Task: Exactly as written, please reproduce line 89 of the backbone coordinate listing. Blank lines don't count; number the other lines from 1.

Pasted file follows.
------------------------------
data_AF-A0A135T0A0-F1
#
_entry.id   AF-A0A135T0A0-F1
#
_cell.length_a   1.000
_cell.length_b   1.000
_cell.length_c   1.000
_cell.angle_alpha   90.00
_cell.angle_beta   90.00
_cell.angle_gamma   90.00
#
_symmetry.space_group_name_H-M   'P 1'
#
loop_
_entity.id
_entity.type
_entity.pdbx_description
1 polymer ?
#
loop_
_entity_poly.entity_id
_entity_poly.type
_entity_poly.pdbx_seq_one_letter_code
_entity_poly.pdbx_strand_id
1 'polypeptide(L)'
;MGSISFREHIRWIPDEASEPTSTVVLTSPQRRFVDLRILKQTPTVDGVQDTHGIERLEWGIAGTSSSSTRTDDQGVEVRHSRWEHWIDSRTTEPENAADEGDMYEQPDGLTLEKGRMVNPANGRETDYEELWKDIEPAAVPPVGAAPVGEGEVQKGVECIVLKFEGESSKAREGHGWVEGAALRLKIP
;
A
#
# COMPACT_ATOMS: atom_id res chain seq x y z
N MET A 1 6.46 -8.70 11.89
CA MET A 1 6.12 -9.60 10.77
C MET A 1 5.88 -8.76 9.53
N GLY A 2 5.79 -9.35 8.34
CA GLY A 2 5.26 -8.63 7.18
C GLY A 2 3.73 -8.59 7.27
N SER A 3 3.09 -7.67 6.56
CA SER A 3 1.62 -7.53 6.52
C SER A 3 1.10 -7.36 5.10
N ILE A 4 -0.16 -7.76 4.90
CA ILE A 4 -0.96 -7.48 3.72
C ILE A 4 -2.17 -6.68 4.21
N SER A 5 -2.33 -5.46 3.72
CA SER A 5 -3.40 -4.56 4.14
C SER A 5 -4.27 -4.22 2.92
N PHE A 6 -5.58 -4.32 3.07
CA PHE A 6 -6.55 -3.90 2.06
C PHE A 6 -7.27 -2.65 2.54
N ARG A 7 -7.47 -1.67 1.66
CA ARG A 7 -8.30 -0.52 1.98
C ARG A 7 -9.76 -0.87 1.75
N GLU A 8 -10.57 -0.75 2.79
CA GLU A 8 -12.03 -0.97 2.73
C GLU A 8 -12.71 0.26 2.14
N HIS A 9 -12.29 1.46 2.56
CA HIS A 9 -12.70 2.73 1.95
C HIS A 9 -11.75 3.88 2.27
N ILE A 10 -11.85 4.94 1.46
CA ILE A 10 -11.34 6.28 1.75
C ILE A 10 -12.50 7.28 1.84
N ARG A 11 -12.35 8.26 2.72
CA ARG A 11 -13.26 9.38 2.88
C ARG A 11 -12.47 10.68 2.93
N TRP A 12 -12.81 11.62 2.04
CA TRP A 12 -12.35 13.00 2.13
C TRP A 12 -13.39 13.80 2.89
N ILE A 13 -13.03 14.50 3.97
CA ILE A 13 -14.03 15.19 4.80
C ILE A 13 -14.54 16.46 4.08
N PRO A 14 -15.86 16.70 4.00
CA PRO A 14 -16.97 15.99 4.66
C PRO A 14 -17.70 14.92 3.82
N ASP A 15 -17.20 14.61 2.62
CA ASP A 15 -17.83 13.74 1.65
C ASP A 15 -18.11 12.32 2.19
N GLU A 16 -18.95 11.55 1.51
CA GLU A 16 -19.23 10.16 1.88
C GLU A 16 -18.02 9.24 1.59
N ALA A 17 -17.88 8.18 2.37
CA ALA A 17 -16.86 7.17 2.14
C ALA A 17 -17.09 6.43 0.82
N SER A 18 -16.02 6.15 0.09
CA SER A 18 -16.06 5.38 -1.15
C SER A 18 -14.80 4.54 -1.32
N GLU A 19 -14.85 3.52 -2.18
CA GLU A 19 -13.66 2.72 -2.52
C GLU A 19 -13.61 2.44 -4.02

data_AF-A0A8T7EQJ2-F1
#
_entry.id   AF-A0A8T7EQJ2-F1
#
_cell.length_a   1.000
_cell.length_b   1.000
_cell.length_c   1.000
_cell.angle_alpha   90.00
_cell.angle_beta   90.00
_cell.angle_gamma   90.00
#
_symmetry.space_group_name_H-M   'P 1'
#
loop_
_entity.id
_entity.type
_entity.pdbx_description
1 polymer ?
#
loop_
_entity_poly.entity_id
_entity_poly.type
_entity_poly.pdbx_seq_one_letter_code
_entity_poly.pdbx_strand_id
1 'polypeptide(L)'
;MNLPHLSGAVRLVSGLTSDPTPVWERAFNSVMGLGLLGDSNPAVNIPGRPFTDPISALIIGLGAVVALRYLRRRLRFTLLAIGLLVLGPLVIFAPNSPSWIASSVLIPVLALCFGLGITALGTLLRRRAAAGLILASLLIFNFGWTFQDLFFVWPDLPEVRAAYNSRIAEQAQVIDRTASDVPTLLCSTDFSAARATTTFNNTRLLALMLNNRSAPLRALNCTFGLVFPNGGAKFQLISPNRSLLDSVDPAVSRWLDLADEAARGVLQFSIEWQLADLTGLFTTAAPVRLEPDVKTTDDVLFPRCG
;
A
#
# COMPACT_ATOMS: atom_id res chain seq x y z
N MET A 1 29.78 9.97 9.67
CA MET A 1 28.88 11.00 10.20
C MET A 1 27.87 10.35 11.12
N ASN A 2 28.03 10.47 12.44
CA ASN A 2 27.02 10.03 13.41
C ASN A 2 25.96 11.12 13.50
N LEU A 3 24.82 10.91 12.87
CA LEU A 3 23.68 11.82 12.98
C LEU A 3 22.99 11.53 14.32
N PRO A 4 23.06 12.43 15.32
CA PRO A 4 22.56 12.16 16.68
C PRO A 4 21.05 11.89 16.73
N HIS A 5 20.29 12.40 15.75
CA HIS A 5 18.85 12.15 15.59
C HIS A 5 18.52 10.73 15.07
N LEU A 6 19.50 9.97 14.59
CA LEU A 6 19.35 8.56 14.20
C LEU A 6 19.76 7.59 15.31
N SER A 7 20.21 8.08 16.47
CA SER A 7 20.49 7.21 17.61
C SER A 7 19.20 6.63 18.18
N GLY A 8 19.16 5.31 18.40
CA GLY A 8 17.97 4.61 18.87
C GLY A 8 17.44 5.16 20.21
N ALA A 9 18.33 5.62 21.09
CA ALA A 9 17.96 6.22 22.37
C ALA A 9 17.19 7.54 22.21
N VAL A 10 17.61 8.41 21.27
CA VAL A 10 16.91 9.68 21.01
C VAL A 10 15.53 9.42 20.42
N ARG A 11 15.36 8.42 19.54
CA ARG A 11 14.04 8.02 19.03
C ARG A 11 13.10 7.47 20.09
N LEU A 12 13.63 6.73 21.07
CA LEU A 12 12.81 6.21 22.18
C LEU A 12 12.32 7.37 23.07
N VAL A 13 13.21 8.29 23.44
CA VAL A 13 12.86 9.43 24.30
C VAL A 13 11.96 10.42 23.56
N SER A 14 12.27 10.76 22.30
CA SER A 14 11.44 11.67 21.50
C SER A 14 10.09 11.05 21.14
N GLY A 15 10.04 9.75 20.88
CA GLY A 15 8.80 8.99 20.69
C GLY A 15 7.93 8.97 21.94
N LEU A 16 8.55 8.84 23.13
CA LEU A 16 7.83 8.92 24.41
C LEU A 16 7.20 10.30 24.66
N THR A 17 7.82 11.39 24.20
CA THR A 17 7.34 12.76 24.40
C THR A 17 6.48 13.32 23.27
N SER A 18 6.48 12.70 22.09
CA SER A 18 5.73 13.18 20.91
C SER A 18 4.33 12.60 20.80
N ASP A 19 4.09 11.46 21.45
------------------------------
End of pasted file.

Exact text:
#